The proposed 32.5 MW solar farm set to serve Georgetown University in Charles County, Maryland has been denied over issues regarding the environmental impact of the project, in a case that would make the Lorax quite happy. The project has, since its inception taken heat for the proposed location requiring the clear-cutting of 240 acres of woodland, something that environmentalists argue is an unnecessary tradeoff and one that does more harm than good.
When push came to shove and decisions had to be made, it was not the clear cutting found to be problematic. In the denial decision, it was a wetlands and waterways application that caused the project’s demise, as Maryland Environment Secretary Ben Grumbles determined the project did not satisfy water quality-related conditions set forth by state regulators. Issues over the interaction of solar farms and wetlands/waterways have existed long before this project, however the circumstances for this denial are different in nature.
Usually when projects are denied over wetland issues, it’s because regulators or other decision makers are uneasy with the chemicals located within project components, such as the cadmium telluride found in thin-film solar. They fear these chemicals will leak or be released in some way, contaminating the water supply, which is unlikely and a concern that has been amply dealt with by First Solar’s dedicated module tracking and recycling system. However this denial was different, made on the basis that the clear-cutting of 250 acres of trees on a peninsula would be problematic to the natural filtration that the forest provides to the surrounding waterways.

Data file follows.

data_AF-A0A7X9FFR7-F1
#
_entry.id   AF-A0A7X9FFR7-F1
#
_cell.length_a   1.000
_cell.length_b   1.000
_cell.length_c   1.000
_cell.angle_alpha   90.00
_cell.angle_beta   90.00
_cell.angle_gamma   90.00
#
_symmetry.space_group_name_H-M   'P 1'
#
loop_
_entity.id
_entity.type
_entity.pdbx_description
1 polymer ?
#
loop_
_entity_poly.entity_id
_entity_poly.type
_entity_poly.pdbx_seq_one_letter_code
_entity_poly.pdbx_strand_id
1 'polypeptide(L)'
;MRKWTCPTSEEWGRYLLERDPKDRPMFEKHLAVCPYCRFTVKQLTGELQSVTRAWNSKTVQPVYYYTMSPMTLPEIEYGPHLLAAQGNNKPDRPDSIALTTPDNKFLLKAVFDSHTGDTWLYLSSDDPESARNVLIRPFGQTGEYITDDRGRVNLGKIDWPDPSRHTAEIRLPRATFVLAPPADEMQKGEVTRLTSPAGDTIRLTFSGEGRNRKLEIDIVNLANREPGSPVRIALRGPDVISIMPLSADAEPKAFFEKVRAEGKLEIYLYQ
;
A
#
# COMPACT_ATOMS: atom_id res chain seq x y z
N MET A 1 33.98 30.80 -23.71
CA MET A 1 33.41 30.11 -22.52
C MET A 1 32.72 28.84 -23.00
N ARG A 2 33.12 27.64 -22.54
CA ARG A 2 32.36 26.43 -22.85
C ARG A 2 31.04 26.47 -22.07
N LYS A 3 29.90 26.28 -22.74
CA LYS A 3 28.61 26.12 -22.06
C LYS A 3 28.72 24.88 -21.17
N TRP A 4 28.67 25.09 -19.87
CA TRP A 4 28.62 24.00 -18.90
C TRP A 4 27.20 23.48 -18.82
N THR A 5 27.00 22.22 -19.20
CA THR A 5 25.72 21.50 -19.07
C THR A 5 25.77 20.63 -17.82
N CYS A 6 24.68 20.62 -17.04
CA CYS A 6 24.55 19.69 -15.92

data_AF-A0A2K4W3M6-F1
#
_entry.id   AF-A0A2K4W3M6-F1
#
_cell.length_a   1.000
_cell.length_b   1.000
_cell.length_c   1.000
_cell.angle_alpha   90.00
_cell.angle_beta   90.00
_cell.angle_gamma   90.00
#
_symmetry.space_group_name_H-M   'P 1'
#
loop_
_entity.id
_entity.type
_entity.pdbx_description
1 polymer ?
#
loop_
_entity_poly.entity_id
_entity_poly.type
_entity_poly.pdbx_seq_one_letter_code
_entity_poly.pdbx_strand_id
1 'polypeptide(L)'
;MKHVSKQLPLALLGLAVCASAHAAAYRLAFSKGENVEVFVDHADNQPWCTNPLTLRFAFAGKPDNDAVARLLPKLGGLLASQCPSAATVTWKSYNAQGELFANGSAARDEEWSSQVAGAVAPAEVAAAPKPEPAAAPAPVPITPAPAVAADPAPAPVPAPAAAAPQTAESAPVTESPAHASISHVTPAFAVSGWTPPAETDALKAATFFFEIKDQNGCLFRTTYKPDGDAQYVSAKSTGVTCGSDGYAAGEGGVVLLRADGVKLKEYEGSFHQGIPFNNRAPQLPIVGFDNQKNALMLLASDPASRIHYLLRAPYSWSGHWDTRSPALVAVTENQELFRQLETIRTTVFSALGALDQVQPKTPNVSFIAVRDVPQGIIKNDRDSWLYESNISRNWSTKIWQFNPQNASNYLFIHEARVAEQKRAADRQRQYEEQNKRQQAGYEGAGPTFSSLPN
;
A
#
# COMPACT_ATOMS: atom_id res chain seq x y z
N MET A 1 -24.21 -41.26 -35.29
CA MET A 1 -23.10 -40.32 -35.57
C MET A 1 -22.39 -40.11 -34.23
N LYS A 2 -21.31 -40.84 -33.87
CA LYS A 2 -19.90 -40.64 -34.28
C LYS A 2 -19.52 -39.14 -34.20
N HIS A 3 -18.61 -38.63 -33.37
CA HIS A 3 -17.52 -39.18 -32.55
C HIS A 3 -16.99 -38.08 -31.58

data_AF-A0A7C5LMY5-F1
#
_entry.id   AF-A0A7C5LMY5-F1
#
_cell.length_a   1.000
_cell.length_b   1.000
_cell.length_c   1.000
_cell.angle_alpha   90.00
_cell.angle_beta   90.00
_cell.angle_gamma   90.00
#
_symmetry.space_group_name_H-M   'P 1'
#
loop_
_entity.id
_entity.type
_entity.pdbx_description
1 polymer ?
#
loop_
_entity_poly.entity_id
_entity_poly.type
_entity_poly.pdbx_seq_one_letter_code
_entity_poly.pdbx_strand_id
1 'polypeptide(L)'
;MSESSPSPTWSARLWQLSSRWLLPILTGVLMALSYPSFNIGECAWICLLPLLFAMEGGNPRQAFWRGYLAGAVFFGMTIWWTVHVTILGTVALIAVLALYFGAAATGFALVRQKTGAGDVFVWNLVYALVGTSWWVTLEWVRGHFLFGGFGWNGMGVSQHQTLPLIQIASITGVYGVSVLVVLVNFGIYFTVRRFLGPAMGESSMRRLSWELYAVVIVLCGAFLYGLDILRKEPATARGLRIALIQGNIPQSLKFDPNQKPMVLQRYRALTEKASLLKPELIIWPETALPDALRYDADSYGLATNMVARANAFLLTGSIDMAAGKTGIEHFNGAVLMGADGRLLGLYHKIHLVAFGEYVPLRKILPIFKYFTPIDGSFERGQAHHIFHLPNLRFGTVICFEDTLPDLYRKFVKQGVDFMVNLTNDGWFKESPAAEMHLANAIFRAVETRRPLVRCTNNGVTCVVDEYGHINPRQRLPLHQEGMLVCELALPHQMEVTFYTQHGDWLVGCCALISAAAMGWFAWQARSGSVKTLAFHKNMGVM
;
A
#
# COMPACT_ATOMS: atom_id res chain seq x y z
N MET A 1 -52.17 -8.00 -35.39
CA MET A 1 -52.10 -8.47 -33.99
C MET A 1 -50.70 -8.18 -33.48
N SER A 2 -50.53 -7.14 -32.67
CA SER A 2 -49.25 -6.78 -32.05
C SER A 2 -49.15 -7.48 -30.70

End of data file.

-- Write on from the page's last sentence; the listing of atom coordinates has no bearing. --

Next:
It’s worth note that the denials were for two separate tracts of land, yet the reasoning for denial was the same across both locations. The second denial was for a project also to be developed by Orgis Energy, but not to be used by Georgetown University. That project would have supplied electricity to the Southern Maryland Electric Cooperative.
Georgetown is now left in a precarious position in regards to the university’s goal of using 50% renewable energy by 2020, as the project was anticipated to provide half of the electrical need of the university’s main campus.
The issue of environmental balance between solar development and preservation of land is one being fought all over the country, and is not the first such conflict Maryland. What is new, however is the type of land in question, as previous Maryland projects were faced with environmental scrutiny over proposed locations on prime agricultural land.
In the wake of the decision, opponents of the project offered location solutions like parking lots, rooftops and brownfields, yet the scale of the project would likely require a number of sites to be used to reach the equivalent capacity.